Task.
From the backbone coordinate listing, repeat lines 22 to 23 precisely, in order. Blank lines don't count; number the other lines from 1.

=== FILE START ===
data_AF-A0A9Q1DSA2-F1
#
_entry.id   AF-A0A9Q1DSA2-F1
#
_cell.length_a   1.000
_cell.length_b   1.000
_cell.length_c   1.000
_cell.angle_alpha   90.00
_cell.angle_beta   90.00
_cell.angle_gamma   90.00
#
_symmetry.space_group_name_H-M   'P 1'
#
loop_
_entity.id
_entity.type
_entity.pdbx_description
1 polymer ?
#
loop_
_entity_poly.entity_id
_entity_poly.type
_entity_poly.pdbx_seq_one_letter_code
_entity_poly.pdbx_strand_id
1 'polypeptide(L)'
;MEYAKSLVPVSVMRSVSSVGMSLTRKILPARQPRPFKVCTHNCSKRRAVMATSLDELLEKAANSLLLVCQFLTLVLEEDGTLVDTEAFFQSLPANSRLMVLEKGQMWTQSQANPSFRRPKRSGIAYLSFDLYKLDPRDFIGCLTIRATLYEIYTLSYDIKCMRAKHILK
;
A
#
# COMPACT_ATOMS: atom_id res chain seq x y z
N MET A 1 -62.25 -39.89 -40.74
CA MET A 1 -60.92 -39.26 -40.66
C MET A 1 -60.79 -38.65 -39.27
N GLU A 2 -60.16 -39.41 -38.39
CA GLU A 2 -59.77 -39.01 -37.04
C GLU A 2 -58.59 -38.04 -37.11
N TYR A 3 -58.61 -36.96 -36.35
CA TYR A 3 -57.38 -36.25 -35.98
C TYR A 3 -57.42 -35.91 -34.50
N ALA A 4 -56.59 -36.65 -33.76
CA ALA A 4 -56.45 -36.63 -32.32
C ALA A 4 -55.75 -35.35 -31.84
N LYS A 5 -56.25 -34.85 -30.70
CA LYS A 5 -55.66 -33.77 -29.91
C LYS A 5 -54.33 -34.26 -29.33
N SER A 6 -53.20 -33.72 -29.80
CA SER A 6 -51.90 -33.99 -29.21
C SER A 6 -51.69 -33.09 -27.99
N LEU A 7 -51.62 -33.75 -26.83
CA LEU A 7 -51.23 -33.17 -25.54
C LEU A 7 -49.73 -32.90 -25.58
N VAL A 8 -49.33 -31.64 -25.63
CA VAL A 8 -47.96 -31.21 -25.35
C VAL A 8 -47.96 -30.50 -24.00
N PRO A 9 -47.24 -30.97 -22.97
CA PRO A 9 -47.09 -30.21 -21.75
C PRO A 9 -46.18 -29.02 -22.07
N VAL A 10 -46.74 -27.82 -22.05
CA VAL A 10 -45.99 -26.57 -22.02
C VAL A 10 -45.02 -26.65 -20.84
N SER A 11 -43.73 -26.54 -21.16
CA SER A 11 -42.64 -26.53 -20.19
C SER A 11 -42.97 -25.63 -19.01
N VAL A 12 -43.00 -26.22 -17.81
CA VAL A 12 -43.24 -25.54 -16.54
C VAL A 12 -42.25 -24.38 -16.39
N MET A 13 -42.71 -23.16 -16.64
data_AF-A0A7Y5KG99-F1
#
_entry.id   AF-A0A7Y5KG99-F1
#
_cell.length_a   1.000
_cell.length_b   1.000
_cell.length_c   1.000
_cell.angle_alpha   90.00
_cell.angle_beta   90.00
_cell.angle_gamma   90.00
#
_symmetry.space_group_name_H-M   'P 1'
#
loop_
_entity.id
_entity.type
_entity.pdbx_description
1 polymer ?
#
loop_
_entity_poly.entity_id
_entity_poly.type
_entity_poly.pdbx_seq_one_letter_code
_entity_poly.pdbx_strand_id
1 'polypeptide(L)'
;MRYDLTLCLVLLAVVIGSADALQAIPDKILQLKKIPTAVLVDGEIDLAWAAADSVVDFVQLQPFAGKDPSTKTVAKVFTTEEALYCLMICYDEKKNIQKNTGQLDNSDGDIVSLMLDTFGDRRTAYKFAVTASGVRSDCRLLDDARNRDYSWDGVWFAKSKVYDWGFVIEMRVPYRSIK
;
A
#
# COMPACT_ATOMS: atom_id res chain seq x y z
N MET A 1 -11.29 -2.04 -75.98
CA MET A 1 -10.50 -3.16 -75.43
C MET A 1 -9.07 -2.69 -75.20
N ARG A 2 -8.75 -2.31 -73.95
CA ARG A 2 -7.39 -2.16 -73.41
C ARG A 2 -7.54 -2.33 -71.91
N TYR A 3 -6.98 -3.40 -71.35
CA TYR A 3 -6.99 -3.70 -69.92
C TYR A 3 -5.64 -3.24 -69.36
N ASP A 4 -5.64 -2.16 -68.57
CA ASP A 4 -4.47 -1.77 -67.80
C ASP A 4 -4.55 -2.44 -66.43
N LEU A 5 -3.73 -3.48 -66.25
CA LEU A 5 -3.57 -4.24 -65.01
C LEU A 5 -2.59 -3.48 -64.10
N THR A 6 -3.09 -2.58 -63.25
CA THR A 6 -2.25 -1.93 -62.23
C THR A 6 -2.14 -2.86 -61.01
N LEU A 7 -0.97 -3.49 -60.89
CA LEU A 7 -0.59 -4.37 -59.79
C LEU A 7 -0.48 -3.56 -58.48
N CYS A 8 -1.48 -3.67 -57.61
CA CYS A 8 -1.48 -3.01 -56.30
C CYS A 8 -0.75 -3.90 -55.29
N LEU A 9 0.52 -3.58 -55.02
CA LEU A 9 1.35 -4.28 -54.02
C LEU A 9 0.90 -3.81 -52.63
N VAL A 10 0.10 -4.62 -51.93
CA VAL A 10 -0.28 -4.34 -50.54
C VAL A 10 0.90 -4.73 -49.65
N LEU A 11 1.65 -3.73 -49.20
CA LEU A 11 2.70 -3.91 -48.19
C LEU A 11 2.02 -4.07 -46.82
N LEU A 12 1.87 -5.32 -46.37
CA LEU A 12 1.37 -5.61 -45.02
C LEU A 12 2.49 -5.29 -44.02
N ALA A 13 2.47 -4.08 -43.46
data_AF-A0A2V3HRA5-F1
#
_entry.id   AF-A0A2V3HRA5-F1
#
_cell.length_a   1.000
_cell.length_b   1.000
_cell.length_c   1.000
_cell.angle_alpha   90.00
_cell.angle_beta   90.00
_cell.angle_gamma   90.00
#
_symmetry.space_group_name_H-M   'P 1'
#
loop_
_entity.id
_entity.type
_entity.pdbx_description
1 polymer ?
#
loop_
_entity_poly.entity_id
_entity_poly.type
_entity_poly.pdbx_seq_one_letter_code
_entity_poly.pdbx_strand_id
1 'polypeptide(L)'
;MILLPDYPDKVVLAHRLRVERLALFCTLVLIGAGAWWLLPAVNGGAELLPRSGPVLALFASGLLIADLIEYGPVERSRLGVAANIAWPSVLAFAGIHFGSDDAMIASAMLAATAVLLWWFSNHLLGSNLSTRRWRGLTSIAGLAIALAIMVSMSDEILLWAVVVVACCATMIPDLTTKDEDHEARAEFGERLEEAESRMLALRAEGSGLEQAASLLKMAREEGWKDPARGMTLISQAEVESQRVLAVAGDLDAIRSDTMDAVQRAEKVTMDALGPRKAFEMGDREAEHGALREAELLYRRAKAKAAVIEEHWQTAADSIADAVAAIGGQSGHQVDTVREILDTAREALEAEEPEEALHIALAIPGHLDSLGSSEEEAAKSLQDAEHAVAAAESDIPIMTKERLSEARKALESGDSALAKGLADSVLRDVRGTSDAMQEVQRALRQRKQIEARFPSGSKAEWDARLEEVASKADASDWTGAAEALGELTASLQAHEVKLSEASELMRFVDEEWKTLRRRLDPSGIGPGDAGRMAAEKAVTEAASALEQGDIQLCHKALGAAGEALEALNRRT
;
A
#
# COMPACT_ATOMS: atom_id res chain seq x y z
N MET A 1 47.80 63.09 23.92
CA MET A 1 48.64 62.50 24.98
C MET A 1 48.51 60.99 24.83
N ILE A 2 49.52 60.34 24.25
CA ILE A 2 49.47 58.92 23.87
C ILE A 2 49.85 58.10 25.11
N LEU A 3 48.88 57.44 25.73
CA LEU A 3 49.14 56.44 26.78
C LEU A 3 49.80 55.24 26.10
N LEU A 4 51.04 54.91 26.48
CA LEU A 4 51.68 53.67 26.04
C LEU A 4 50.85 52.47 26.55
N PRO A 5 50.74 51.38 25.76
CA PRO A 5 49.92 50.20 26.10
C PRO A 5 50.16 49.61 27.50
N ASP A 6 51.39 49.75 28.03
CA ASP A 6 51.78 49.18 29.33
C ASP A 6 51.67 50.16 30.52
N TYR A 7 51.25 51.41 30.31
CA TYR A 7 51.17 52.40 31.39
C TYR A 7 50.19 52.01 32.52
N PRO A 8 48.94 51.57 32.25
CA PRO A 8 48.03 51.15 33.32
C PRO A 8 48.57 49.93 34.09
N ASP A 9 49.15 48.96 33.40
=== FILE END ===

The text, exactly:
_entity_poly.type
_entity_poly.pdbx_seq_one_letter_code